“We are all in this together…” a phrase that accompanies most communication or narrative addressing the global pandemic COVID-19. It is a phrase that is meant to encourage, bolster and promote solidarity. It is meant to soothe the anxieties isolation breeds by reminding us there is connectivity in separateness. ”We are all in this together…” but, are we? Or is this phrase as tongue-in-cheek as that one that makes me chuckle each time I hear it, “Always remember you are unique. Just like everyone else…” 😊
Mirth aside, there is no argument this pandemic has united the world in a way that not even FB could have done. It has shed light on the depth of our interconnectivity in a way that we could not have imagined. It has forced us to learn about fellow inhabitants on the other side of the world and acknowledge their presence and rights perhaps in the way beings on other planets are snickering and calling our karma. This pandemic, while necessitating we employ even more heightened focus on ourselves, also insists we focus as intently on others (albeit, from six feet away). It has removed our ability to continue to ignore or disregard those among us who do the work and provide the services we have always depended on but devalued and scorned. It has toppled many of us off the pedestals we have placed underneath ourselves and relegated us way to the back of the line of what is considered essential. Sadly it has taken a pandemic to remove so-called celebrities’ and athletes’ names from the headlines and our mouths by tragically replacing it with the names of those we should have always idolized. Those in our own homes and communities. So yes, in that regard, “we are all in this together…”
But, that may be where it ends. Unquestionably, there are many aspects of the state of our world that are universal and thus check-ins between friends, family and partners may carry similar expressions. Undoubtedly. But what about when you hang up? When you remove yourself from any public scrutiny and sit with yourself? What do you find? What do you two talk about? Do you continue the narrative that everyone is expecting – optimism, proof of faith, strength, positivity – or do you allow yourself the truth? Are you able to admit to yourself your fear, anger, moments of hopelessness and pessimism? No? Well, this is my point. “We are all in this together…” may encourage some of us to emulate what the masses do. It may shame us into showing up and behaving in ways that our souls do not feel. It may do to us what is done to the new mother who is bombarded with an insistence to breastfeed and is unable to. It may “postpartum” us.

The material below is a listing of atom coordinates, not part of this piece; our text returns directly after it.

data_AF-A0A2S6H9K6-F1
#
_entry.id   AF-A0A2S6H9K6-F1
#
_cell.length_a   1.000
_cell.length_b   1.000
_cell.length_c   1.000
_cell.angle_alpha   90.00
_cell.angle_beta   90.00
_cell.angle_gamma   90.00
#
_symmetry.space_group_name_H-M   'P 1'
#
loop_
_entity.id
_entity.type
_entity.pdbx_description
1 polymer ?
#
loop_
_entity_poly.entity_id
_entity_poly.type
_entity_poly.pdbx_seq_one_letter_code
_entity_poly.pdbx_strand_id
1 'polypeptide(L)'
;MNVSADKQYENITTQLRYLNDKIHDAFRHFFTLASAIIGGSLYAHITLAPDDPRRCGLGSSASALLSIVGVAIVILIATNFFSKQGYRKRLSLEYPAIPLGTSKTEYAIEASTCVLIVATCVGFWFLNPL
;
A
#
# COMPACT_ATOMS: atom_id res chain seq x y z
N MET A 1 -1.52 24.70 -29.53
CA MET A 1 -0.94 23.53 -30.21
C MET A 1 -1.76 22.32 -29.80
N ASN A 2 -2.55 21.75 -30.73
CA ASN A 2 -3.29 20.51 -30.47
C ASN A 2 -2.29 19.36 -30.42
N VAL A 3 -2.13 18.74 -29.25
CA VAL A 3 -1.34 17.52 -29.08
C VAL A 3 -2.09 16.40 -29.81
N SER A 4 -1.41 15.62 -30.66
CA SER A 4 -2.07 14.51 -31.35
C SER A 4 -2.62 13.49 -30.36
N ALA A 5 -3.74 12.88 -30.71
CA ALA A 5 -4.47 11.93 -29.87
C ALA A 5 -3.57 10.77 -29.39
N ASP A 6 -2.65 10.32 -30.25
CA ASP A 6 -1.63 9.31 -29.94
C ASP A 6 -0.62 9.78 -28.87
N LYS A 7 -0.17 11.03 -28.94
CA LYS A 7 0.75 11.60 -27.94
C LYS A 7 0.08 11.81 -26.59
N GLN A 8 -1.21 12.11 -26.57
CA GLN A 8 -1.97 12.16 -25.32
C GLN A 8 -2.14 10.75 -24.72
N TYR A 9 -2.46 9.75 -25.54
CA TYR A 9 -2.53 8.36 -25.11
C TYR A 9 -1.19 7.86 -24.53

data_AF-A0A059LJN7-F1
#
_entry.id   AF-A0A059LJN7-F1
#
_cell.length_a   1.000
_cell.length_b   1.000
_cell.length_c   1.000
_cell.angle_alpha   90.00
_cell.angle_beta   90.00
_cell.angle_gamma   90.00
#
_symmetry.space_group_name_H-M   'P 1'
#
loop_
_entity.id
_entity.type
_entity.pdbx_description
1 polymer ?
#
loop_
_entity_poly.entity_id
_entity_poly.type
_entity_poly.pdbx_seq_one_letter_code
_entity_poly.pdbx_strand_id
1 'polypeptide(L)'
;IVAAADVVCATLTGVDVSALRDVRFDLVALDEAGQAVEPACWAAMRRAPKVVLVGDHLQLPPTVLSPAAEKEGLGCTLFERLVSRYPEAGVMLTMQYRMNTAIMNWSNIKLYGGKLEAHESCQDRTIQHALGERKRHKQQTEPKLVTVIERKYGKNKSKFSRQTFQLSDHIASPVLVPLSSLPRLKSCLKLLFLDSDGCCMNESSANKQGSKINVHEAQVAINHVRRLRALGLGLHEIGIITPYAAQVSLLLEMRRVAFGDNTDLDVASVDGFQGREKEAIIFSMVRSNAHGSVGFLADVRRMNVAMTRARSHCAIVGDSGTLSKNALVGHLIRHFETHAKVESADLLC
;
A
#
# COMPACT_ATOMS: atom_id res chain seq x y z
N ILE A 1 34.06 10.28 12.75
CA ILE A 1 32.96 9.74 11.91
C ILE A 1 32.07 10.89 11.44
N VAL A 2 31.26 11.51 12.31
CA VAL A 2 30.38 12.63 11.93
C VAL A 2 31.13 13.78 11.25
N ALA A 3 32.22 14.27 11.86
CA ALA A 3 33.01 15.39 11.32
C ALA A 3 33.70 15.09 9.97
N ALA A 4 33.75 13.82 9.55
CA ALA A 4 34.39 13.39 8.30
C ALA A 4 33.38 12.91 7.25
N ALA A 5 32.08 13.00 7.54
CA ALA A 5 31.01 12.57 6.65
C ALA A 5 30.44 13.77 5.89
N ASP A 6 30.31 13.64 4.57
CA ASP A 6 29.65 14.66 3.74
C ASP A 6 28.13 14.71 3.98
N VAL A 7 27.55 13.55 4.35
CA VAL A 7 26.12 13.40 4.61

“We are all in this together…” simply because we are all inhabitants of this beautiful earth. Yes. We are all susceptible to this deadly virus and need each other to act responsibly in order to contain spread. So yes, my physical well-being can depend on you if I allow interaction with you. And that is my point as it relates to my emotional and mental well-being. We must all be resolute in safe-guarding our emotional exposure. Social media, for all its amazing benefits, has always been a platform where some have insisted on a persona that is inauthentic. It has notoriously been a space where we have insisted on the declaration of the prettiest of our lives and ourselves – our accomplishments, successes, travels, narratives, social circles and images (evidenced by the dramatic drop in selfies during this time), while conversely being free with the downfall and tragedy of others.
Yes, we are all sharing a susceptibility to this deadly and devastating disease. But, we are not all sharing the same experience. Let’s be careful with asking or demanding of each other to share the same reactions or expressions. Let’s create or utilize spaces that allow for my not-doing-so-good self to be just that. Must that space be public? No. But any (seeming) inference that if I am weak means I am not making the best use of this time to create, reinvent, dream, plan, hustle or pivot may even privately deny me the right to my feelings. Listen. This post may not be for you. But it absolutely is for me. Because some days, some succession of days, all I have is the strength and desire to live. Nothing else. And that’s all I ask from you. And if you can’t manage that, I’ll lend you some of mine.
These times are unprecedented. They are traumatic. I am afraid of the virus and what it is doing, but I am not afraid to say so. Neither should you be. How about we tweak that phrase a bit so it is not universal, while at the same time, exclusionary? How about, “we’re all in this to get her…” We are forced to await a vaccine to ward off this virus, but we are not forced to wait on doing what we can for ourselves and each other mentally and emotionally. I got you…